Triple Threats

A trio of stations vie for supremacy in three-city DMA

It's always tough for a newscast to overcome a well-heeled opponent in a ratings duel. But when three stations are owned by large, progressive media companies, the race can be a nail-biter.

Greensboro-High Point-Winston-Salem, N.C., is such a market. Fox-owned WGHP has the momentum, winning primetime and late news in May, while the Hearst-Argyle–owned NBC affiliate, WXII, took morning and evening news.

Meanwhile, Gannett's CBS affiliate, WFMY, led the pack in revenue last year. While it was the total-day ratings winner, it saw its primacy slip in the most recent sweeps. “Every book is going to be a battle,” says WFMY President/General Manager Deborah Hooper. “Anyone can win any of the newscasts where all three compete.”

The Triad's economy was long rooted in manufacturing—from tobacco to textiles to furniture. While the area eagerly awaits what locals call the largest Dell computer- manufacturing site in the country, it's trying to break from its blue-collar past, and taking lumps along the way.

While it is Nielsen's No. 47 DMA, Greensboro–High Point–Winston-Salem ranks 60th in revenue, according to BIA Financial, a whopping discrepancy. But station managers are optimistic, pointing out Wake Forest's increasing presence in biotechnology, and a new FedEx distribution site.

Managers say area folk are mostly conservative, loyal and patriotic and take their faith seriously. “I think there are more churches per capita here than anywhere,” says WGHP VP/General Manager Karen Adams.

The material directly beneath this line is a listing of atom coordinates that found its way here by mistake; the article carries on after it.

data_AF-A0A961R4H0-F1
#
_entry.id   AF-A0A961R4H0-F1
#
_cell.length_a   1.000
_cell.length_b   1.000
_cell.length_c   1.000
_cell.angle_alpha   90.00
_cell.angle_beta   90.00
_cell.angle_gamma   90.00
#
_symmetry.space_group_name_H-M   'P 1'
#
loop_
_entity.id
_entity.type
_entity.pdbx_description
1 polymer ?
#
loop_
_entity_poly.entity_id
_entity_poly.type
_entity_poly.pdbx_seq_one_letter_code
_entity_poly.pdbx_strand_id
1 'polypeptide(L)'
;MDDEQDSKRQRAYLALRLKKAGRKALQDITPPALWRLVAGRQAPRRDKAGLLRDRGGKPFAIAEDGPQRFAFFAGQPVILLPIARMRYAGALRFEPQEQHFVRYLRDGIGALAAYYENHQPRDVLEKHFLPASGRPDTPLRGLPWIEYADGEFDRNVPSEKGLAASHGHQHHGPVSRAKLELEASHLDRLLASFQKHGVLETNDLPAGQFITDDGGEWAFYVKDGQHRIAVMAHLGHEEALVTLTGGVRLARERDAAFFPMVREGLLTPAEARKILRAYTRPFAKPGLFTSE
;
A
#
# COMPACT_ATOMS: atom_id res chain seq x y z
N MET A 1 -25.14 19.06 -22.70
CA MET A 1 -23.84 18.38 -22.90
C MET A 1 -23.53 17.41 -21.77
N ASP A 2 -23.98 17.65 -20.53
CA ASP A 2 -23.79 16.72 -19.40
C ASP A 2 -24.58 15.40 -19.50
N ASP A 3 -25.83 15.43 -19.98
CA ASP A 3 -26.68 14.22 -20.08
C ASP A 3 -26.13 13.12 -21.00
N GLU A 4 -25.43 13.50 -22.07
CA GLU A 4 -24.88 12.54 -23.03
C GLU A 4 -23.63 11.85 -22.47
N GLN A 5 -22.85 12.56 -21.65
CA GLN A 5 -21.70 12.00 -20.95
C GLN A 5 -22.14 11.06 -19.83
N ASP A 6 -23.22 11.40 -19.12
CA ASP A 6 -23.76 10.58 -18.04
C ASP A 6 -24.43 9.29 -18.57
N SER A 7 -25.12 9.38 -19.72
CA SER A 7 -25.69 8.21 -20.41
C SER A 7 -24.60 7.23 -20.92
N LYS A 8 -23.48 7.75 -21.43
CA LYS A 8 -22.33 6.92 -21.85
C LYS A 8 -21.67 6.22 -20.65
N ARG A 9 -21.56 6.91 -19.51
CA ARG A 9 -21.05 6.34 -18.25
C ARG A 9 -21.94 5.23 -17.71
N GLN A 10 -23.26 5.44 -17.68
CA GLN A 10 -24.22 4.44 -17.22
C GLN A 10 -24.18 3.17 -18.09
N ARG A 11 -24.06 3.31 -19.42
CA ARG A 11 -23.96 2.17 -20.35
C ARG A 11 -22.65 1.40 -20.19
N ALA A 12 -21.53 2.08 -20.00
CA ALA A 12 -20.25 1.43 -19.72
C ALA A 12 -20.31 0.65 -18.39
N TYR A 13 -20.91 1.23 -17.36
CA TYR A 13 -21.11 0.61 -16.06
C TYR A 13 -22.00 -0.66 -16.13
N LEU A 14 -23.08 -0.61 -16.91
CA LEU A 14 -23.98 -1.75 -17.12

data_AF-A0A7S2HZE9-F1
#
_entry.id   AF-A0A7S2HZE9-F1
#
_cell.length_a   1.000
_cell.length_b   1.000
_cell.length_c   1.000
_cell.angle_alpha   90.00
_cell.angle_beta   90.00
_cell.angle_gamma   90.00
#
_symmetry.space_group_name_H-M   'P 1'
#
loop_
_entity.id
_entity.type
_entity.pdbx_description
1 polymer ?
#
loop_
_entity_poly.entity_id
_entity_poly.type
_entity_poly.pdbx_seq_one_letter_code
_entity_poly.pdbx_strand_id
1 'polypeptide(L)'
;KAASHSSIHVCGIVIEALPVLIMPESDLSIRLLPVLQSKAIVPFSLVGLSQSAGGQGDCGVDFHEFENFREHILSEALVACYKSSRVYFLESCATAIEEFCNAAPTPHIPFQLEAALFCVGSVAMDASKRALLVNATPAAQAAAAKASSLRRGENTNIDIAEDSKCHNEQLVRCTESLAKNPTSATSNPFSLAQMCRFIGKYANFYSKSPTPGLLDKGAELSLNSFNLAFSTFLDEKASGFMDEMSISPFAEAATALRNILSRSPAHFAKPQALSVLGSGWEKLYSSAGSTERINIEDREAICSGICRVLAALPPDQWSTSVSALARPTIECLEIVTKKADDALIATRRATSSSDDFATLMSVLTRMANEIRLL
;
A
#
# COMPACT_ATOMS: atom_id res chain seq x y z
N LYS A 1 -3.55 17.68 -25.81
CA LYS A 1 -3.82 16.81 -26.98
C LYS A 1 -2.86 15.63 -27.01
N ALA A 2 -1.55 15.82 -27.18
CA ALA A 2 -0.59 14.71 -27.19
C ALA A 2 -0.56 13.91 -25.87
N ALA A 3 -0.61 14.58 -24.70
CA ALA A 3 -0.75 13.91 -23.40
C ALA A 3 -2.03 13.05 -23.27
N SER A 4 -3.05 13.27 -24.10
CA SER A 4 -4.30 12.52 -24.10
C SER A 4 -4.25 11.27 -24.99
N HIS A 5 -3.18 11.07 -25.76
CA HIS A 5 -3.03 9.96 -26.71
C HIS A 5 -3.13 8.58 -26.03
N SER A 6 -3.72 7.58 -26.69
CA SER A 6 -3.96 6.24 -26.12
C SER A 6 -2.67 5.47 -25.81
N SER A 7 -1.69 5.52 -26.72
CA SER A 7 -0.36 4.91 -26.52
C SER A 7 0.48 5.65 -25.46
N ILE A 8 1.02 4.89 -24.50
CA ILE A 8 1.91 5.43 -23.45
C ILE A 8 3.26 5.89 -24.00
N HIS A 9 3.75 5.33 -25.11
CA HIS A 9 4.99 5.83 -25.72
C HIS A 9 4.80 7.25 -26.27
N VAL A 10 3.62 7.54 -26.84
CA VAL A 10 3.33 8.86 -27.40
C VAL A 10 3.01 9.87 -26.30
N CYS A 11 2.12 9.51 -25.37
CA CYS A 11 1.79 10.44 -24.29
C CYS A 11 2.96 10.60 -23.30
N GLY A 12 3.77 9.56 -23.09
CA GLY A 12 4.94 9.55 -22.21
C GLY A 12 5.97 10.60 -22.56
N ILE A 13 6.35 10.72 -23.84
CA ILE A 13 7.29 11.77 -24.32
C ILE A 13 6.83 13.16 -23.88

The market brought in $89 million in 2006, according to BIA. WFMY's $24.6 million was just ahead of WGHP ($23.95 million) and WXII ($20.6 million). Sinclair has the market's only duopoly in ABC affiliate WXLV and MyNetworkTV outlet WMYV, but neither is a major player. Pappas owns the CW affiliate, WCWG.

News Corp. recently announced that WGHP was among the nine stations the media giant is looking to offload. While Adams won't comment on the shakeup, she's committed to keeping WGHP's mojo going, which means sticking with the tenacious coverage of all corners of the 14-county market and beyond. A big part of WGHP's success is local experience: Adams is in her 31st year at WGHP, and News Director Karen Koutsky grew up in the region. “No one knows the market like we do,” says Adams.

Over at WXII, President/General Manager Hank Price is “thrilled” about the station's robust news performance in the recent sweeps (it also won at 11 p.m.) and says he'll continue to boost viewership with a role-reversal strategy: driving viewers from the Website to TV. He believes the product on is so strong that it connects with rival viewers while they're at work and converts them to WXII's on-air product when they turn on the set at home. “We're the leader in weather and breaking news,” he says of the Website's draw.

WFMY, meanwhile, is hardly sitting still. The station will relaunch its Website with more interactive features, such as public forums and user-uploaded video, later this summer. And Hooper, an area native in her 21st year at the station, isn't above overhauling news. “It's been 30 years of traditional newscasts,” she says. “We'll take a look at what viewers ask for, and why they're going [outside of television] for news.”

Amidst such competition, one thing is certain: WFMY, WGHP and WXII will continue to bring out the best in each other. “The television is really well done here,” says Price. “That's what makes it fun to work here.”